In the novel, written by Patrick Ness, a young boy must face his fears and come to grips with his ailing mother’s terminal cancer and his own personal struggles with school bullies. Into this already difficult life comes a “monster” (from a yew tree in the boy’s backyard), who visits the boy nightly in his bedroom, telling stories and coaxing the boy to tell a story of his own in return. Over time, the boy comes to realize that the monster is no monster at all, but rather a helpful guide giving him the tools to navigate trying times.
Neeson will bring the tree monster to life, giving it voice and perhaps shape (it remains to be seen how much CGI is utilized in the film; if Bayona stays true to the books various illustrations, than it is safe to say that a fair amount will be utilized), and Felicity Jones is set to play the terminally ill mother. Bayona seems particularly adept at bringing such an emotionally charged and (perhaps) foreboding story to life, having already done so with 2012’s The Impossible (which garnered a Best Actress Oscar nomination for Naomi Watts) and 2007’s atmospheric The Orphanage.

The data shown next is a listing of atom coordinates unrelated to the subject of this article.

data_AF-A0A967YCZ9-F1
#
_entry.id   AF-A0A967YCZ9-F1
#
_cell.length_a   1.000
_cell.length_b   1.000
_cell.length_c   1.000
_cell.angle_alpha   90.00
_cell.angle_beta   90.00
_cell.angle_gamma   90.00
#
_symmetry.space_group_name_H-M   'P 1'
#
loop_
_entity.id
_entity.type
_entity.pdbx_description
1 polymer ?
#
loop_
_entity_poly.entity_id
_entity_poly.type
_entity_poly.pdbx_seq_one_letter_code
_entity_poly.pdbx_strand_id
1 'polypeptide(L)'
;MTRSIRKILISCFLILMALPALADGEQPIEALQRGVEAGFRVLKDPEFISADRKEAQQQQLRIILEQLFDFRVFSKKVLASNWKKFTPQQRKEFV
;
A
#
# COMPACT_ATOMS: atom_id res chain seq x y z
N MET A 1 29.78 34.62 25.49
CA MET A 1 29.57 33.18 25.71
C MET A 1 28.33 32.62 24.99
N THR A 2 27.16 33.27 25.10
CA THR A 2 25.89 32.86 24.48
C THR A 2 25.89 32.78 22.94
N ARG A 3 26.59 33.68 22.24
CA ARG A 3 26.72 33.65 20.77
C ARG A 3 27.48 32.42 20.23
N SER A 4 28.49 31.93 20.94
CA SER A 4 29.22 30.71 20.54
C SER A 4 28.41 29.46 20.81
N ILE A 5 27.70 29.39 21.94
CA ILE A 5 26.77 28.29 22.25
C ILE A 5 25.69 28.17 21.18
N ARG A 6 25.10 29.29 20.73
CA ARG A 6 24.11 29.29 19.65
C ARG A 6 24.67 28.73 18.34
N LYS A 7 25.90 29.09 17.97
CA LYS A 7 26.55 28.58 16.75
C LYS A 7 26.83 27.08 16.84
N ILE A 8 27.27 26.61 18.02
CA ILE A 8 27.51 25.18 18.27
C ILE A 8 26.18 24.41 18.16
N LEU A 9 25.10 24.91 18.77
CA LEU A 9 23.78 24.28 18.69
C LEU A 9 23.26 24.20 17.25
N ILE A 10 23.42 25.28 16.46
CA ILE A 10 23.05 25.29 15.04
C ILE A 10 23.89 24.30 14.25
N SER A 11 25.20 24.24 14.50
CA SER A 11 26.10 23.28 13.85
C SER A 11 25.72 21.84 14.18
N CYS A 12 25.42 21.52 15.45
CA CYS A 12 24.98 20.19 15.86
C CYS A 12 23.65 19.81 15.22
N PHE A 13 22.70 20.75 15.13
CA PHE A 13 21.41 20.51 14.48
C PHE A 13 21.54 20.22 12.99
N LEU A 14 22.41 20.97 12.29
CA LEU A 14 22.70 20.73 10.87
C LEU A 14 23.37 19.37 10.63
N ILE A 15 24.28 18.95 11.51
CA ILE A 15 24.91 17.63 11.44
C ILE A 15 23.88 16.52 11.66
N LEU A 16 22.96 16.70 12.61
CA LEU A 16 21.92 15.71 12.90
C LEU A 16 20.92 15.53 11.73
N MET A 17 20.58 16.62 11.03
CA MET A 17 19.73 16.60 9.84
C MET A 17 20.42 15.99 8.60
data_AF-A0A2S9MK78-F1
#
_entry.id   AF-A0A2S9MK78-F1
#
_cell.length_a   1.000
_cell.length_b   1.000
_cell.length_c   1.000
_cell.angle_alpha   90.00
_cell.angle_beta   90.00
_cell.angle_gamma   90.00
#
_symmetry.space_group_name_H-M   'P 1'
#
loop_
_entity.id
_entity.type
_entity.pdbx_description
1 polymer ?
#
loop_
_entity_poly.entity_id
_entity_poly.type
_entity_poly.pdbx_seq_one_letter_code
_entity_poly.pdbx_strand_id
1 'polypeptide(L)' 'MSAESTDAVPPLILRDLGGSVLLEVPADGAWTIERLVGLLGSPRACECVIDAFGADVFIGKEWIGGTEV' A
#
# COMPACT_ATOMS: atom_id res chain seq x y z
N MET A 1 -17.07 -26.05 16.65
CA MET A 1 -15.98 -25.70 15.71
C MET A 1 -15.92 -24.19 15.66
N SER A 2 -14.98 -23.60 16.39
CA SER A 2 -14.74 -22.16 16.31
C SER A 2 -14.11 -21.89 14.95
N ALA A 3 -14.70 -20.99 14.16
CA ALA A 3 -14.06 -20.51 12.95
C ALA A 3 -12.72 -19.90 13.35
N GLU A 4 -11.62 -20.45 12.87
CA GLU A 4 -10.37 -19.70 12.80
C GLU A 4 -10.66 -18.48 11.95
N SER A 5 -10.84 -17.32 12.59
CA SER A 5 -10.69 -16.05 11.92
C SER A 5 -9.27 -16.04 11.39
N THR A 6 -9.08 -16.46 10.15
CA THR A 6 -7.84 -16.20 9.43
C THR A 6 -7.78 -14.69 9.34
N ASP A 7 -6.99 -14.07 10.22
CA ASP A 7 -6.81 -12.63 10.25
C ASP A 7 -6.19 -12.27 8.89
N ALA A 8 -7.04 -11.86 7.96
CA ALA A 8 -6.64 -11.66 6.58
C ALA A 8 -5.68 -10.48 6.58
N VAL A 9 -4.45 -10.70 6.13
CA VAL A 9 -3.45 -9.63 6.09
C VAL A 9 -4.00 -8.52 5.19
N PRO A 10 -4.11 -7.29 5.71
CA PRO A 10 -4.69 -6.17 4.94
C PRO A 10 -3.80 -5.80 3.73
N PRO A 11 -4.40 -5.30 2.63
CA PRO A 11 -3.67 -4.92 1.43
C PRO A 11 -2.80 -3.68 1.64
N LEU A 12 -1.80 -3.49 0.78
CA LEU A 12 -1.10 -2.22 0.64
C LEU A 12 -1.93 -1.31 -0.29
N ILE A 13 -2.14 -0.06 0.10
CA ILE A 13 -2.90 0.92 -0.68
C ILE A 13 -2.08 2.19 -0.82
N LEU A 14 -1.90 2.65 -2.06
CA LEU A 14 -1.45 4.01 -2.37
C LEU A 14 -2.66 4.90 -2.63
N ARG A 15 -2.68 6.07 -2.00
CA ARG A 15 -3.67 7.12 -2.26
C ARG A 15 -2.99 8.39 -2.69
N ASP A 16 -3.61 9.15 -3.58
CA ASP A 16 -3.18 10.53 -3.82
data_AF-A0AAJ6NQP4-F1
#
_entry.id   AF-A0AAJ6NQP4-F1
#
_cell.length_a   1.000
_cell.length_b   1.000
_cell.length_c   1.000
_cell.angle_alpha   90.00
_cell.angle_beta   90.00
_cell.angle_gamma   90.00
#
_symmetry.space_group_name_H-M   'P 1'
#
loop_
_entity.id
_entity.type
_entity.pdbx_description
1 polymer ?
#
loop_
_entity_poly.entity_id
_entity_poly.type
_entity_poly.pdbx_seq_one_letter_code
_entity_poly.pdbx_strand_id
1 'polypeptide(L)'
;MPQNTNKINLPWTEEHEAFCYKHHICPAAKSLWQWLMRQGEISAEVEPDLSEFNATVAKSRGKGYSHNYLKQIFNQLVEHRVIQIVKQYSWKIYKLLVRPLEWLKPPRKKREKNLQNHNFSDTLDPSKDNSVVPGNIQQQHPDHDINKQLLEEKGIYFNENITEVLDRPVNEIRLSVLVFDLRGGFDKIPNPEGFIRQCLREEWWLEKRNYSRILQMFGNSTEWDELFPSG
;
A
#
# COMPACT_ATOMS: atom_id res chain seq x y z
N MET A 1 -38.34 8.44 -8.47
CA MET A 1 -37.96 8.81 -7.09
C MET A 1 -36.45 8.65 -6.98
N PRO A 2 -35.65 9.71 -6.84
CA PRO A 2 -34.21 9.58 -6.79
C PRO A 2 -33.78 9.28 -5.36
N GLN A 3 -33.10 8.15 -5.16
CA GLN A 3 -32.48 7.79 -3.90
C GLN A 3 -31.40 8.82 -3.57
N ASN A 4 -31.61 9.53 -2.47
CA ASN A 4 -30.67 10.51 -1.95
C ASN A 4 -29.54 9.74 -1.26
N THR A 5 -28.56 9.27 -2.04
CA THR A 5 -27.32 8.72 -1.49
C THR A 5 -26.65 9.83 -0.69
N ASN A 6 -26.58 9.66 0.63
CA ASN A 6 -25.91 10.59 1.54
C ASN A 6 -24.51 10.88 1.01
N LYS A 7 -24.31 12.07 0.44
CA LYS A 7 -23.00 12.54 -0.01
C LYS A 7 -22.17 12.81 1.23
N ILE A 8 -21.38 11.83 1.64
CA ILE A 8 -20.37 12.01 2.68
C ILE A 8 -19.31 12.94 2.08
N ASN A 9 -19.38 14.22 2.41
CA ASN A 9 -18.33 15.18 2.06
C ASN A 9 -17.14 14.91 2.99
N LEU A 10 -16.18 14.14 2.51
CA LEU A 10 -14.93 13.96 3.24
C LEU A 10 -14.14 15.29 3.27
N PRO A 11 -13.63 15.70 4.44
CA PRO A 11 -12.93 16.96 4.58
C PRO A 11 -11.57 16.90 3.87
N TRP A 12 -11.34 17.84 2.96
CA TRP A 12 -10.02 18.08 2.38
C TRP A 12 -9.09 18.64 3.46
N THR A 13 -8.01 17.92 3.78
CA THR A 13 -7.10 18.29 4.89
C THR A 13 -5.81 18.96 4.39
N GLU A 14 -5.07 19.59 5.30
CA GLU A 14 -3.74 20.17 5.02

The book itself has won critical acclaim in the UK for both author Patrick Ness and illustrator Jim Kay. It is the only book to have won both the Carnegie and Greenaway Medals for the year’s “best children’s literature” (2012). In the United States the novel has been praised by The New York Times (calling it both a “profoundly sad story” and at the same time “a potent piece of art”), and numerous newspapers added it to their “Year End Best of” lists (e.g., The Independent, The Chicago-Sun Times, and The Wall Street Journal). The book was originally conceived by well-known children’s author Siobhan Dowd, who was herself battling (and eventually succumbed to) cancer. It is dedicated in her honor.
Focus Features will release ‘A Monster Calls’ on October 14, 2016.